• Vulnerability of the developing brain to thyroid abnormalities: environmental insults to the thyroid system.

      Porterfield, S P; Department of Physiology (1994-11-23)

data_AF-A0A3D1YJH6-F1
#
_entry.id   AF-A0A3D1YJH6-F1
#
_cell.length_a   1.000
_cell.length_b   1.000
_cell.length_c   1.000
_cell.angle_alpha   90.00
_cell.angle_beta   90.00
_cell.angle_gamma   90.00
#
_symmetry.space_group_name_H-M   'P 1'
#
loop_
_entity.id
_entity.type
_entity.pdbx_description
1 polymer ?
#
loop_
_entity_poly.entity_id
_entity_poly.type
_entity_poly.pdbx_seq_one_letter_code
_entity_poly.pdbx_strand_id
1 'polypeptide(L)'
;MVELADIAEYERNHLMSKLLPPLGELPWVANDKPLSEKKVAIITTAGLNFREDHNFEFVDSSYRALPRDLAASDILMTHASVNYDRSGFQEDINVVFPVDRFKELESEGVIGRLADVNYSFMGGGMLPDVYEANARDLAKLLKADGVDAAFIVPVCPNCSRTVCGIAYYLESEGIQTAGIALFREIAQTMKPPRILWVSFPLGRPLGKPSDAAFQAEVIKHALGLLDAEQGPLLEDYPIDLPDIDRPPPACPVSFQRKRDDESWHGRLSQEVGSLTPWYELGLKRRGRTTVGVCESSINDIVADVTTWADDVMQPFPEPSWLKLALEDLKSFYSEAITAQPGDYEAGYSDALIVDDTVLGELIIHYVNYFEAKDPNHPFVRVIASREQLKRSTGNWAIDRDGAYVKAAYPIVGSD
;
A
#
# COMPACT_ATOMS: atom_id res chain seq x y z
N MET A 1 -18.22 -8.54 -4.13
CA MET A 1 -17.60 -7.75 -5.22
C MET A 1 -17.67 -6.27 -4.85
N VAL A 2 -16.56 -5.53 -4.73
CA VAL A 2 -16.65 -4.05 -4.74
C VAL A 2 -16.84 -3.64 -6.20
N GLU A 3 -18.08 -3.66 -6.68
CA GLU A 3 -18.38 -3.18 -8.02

Neurologic development follows orderly patterns that can be severely disturbed when thyroid hormones are deficient or excessive. Should this occur at appropriate development periods, irreversible neurologic damage can result. The nature of the deficits depends upon the specific development period and the severity of the thyroid disturbance. PCBs and dioxins are structurally similar to the thyroid hormones. Their binding characteristics are similar to those of thyroid hormones and all three groups bind to the cytosolic Ah receptor, the thyroid hormone receptor and the serum thyroid hormone binding protein transthyretin. Depending upon the dose of toxin and the congener used, the toxins either decrease or mimic the biological action of the thyroid hormones. Either effect, if occurring during brain development, can have disastrous consequences. Children and animals exposed to PCBs or dioxins in utero and/or as infants can exhibit varying degrees of behavioral disorders. These disorders resemble those seen in children exposed to thyroid hormone deficiencies in utero and/or in infancy. The mechanism of developmental neurotoxicity of PCBs and dioxins is not known but data suggest it could be partially or entirely mediated by alterations in availability and action of thyroid hormones during neurological development. It is possible that transient exposure of the mother to doses of toxins presently considered nontoxic to the mother could have an impact upon fetal or perinatal neurological development. If the toxins act via their effect on thyroid hormone action, it is possible that doses of toxins that would normally not alter fetal development, could become deleterious if superimposed on a pre-existing maternal/or fetal thyroid disorder.